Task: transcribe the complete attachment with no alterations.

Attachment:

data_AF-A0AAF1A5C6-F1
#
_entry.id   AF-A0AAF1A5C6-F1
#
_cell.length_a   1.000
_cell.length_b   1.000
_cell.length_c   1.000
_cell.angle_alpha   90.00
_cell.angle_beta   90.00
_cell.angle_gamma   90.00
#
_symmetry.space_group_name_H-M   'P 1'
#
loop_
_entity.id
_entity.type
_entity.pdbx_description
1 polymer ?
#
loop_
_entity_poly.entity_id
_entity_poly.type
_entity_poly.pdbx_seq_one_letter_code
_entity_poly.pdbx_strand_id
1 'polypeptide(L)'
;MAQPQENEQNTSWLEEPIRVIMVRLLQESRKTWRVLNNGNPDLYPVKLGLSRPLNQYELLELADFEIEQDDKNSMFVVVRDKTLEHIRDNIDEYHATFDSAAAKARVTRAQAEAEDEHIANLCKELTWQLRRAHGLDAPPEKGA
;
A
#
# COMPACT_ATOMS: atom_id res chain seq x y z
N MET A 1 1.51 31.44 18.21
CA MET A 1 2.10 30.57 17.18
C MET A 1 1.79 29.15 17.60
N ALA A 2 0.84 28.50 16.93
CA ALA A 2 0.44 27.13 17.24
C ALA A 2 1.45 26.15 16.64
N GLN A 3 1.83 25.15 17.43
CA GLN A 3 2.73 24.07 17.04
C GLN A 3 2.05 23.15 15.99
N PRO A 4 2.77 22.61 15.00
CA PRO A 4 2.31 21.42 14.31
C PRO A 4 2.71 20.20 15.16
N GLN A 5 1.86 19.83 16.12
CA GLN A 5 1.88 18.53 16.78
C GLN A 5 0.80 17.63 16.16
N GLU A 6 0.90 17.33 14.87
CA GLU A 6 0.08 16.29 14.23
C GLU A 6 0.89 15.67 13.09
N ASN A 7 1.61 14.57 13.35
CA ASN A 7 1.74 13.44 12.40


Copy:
data_AF-A0AAF1A5C6-F1
#
_entry.id   AF-A0AAF1A5C6-F1
#
_cell.length_a   1.000
_cell.length_b   1.000
_cell.length_c   1.000
_cell.angle_alpha   90.00
_cell.angle_beta   90.00
_cell.angle_gamma   90.00
#
_symmetry.space_group_name_H-M   'P 1'
#
loop_
_entity.id
_entity.type
_entity.pdbx_description
1 polymer ?
#
loop_
_entity_poly.entity_id
_entity_poly.type
_entity_poly.pdbx_seq_one_letter_code
_entity_poly.pdbx_strand_id
1 'polypeptide(L)'
;MAQPQENEQNTSWLEEPIRVIMVRLLQESRKTWRVLNNGNPDLYPVKLGLSRPLNQYELLELADFEIEQDDKNSMFVVVRDKTLEHIRDNIDEYHATFDSAAAKARVTRAQAEAEDEHIANLCKELTWQLRRAHGLDAPPEKGA
;
A
#
# COMPACT_ATOMS: atom_id res chain seq x y z
N MET A 1 1.51 31.44 18.21
CA MET A 1 2.10 30.57 17.18
C MET A 1 1.79 29.15 17.60
N ALA A 2 0.84 28.50 16.93
CA ALA A 2 0.44 27.13 17.24
C ALA A 2 1.45 26.15 16.64
N GLN A 3 1.83 25.15 17.43
CA GLN A 3 2.73 24.07 17.04
C GLN A 3 2.05 23.15 15.99
N PRO A 4 2.77 22.61 15.00
CA PRO A 4 2.31 21.42 14.31
C PRO A 4 2.71 20.20 15.16
N GLN A 5 1.86 19.83 16.12
CA GLN A 5 1.88 18.53 16.78
C GLN A 5 0.80 17.63 16.16
N GLU A 6 0.90 17.33 14.87
CA GLU A 6 0.08 16.29 14.23
C GLU A 6 0.89 15.67 13.09
N ASN A 7 1.61 14.57 13.35
CA ASN A 7 1.74 13.44 12.40